It’s never been surprising to see Masuk volleyball star setter Ana Castro-Rodriguez working with younger players during practice.
In fact, coach Carol Ortiz says it’s a common occurrence.
“If I allowed her to pick teammates for a game, she would always surround herself with freshmen,” Ortiz said. “And of course, she made them better.”
Castro-Rodriguez’s combination of skill and leadership helped both her and the Panthers excel in her three seasons as a starter, and also led to the senior being chosen as a winner of the Val Dickinson Memorial Volleyball Award this year.
The award, a scholarship presented by the Connecticut Federation of Volleyball Officials, honors the memory of Val Dickinson, a CFVO referee and assigner who lost her battle against cancer in 2008. Dickinson was a high school and college player who was inducted into the Connecticut Women’s Volleyball Hall of Fame posthumously in 2009, and the award which bears her name was created in 2010.
For the award, the CFVO seeks players who have “exemplary volleyball skills, exhibit leadership, teamwork, coachability, and a love of the game,” and “consistently demonstrate courtesy, respect and good sportsmanship on and off the volleyball court.”
Castro-Rodriguez, a two-year captain for the Panthers, said she was honored to have been recognized by the CFVO.
“While I never had the opportunity to meet Mrs. Dickinson, it is clear she was an honorable woman who cared deeply for her family and for the sport of volleyball,” Castro-Rodriguez said. “Receiving this award among what I am sure was a pool of incredibly qualified candidates in her memory is a humbling achievement.”
As a setter, Castro-Rodriguez has been the engine which makes Masuk’s offense run. During her career, she’s collected 1,433 assists, while also racking up 264 digs, 237 aces and 133 kills in 209 sets. She is also a two-time All-SWC first team player.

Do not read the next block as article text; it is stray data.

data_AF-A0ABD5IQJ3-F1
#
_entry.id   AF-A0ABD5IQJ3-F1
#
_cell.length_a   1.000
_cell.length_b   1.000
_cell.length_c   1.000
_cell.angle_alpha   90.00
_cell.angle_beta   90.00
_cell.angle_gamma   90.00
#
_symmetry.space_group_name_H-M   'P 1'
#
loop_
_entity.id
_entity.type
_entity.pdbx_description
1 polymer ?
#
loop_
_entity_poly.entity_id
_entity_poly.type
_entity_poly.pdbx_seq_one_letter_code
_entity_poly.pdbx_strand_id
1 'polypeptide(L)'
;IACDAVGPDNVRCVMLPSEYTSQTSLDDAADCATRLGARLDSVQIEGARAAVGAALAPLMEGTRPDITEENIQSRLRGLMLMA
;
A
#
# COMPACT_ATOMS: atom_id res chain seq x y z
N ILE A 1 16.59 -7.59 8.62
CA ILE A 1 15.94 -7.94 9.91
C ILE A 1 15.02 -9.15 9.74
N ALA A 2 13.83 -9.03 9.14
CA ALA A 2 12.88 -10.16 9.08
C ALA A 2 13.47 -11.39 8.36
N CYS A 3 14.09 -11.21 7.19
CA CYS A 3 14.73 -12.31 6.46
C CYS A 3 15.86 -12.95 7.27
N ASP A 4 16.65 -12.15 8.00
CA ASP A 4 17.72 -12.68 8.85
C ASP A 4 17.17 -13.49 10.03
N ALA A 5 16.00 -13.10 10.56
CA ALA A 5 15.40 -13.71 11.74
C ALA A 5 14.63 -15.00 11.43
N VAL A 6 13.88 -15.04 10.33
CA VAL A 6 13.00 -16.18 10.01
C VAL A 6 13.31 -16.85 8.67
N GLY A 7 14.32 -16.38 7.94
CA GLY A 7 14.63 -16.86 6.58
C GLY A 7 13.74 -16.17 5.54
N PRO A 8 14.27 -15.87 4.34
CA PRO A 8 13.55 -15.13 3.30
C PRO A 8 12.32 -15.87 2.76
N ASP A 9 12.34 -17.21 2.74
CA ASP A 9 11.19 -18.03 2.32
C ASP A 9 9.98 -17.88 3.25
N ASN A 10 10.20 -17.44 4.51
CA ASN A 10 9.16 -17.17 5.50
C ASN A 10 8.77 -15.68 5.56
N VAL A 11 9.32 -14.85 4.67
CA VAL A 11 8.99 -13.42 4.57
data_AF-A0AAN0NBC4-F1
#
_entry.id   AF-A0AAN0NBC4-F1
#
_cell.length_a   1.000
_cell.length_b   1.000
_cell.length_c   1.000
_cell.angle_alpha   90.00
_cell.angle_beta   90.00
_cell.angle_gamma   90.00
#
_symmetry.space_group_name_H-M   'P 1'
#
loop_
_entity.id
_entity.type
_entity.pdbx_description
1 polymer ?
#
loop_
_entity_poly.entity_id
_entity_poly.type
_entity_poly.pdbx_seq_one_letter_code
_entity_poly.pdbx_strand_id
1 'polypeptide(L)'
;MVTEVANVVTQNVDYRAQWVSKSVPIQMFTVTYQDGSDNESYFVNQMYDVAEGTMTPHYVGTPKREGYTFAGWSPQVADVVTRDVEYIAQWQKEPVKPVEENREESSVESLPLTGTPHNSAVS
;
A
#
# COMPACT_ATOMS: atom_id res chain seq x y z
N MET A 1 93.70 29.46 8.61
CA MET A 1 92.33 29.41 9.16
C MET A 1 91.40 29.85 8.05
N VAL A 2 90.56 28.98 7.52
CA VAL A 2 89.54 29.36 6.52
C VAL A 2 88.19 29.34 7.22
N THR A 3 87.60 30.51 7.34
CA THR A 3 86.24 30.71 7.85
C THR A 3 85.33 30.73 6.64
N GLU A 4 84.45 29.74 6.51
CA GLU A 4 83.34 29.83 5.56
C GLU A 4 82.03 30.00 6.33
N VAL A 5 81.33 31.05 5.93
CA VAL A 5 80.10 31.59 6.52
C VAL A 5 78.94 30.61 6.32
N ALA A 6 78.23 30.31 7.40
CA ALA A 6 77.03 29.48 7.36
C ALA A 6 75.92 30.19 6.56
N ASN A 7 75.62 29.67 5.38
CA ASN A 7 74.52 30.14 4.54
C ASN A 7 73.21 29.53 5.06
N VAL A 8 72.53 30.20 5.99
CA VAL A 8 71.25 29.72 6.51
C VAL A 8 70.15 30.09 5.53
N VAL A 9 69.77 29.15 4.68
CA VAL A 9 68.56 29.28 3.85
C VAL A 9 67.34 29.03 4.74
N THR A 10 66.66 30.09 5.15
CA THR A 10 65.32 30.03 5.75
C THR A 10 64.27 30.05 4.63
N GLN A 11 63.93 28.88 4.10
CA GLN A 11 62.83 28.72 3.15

Those numbers are impressive, but Castro-Rodriguez pointed to her time with teammates and coaches as the most enjoyable part of her volleyball career.
“After four years of playing on the volleyball court together, we have all become a family,” Castro-Rodriguez said. “We have shared ups and downs and still remain a close group. There is nothing better than celebrating all of our achievements together.
“Even with the end of our volleyball careers, I know these friendships will last a lifetime.”
Ortiz called Castro-Rodriguez “the heart and soul of this team for four years.”
Castro-Rodriguez joined the varsity squad during her freshman season and was the starting setter by her sophomore year.
Ortiz took over as Masuk’s head coach in 2019, and said she immediately knew Castro-Rodriguez was a go-to player for anything.
“Her skill level and knowledge are second to none,” the coach said. “All her teammates, young and old, looked up to her for everything, not only for volleyball skills. All the girls knew Ana would look out for them and would do anything for the program, along with setting a great example in school academically. She’s a leader in every sense.”
The chance to continue as a leader has Castro-Rodriguez thinking of coaching in the future.
“I have been playing volleyball my entire life and being able to give back to the volleyball community would be an amazing experience,” Castro-Rodriguez said. “I have had many opportunities to help out at volleyball camps and with younger teams and I’ve loved being able to teach aspiring athletes what I have learned over the years. Coaching would keep volleyball in my life and I hope to teach the game I love to younger players.
“Volleyball has shaped the person I am today and I hope others have the same experience I did.”
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